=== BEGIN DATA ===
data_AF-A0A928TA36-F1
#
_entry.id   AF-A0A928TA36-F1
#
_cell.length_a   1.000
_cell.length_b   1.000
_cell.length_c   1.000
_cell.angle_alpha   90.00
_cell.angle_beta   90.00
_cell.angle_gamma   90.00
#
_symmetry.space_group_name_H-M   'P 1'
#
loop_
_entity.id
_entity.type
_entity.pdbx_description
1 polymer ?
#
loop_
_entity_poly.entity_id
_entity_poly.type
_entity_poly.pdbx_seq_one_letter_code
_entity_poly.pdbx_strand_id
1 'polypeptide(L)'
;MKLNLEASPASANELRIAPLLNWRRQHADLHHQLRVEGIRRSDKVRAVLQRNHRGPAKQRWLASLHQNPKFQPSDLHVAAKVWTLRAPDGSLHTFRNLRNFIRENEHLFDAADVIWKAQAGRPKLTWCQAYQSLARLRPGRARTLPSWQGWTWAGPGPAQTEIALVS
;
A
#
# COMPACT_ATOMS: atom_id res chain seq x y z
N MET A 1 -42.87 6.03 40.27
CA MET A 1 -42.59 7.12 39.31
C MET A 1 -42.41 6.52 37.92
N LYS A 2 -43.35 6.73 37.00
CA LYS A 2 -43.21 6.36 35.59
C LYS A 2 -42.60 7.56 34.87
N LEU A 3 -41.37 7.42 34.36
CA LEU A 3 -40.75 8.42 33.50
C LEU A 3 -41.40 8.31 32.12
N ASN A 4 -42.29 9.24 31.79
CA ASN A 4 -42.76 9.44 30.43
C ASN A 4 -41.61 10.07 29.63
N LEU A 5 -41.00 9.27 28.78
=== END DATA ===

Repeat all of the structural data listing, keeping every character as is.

data_AF-A0A928TA36-F1
#
_entry.id   AF-A0A928TA36-F1
#
_cell.length_a   1.000
_cell.length_b   1.000
_cell.length_c   1.000
_cell.angle_alpha   90.00
_cell.angle_beta   90.00
_cell.angle_gamma   90.00
#
_symmetry.space_group_name_H-M   'P 1'
#
loop_
_entity.id
_entity.type
_entity.pdbx_description
1 polymer ?
#
loop_
_entity_poly.entity_id
_entity_poly.type
_entity_poly.pdbx_seq_one_letter_code
_entity_poly.pdbx_strand_id
1 'polypeptide(L)'
;MKLNLEASPASANELRIAPLLNWRRQHADLHHQLRVEGIRRSDKVRAVLQRNHRGPAKQRWLASLHQNPKFQPSDLHVAAKVWTLRAPDGSLHTFRNLRNFIRENEHLFDAADVIWKAQAGRPKLTWCQAYQSLARLRPGRARTLPSWQGWTWAGPGPAQTEIALVS
;
A
#
# COMPACT_ATOMS: atom_id res chain seq x y z
N MET A 1 -42.87 6.03 40.27
CA MET A 1 -42.59 7.12 39.31
C MET A 1 -42.41 6.52 37.92
N LYS A 2 -43.35 6.73 37.00
CA LYS A 2 -43.21 6.36 35.59
C LYS A 2 -42.60 7.56 34.87
N LEU A 3 -41.37 7.42 34.36
CA LEU A 3 -40.75 8.42 33.50
C LEU A 3 -41.40 8.31 32.12
N ASN A 4 -42.29 9.24 31.79
CA ASN A 4 -42.76 9.44 30.43
C ASN A 4 -41.61 10.07 29.63
N LEU A 5 -41.00 9.27 28.78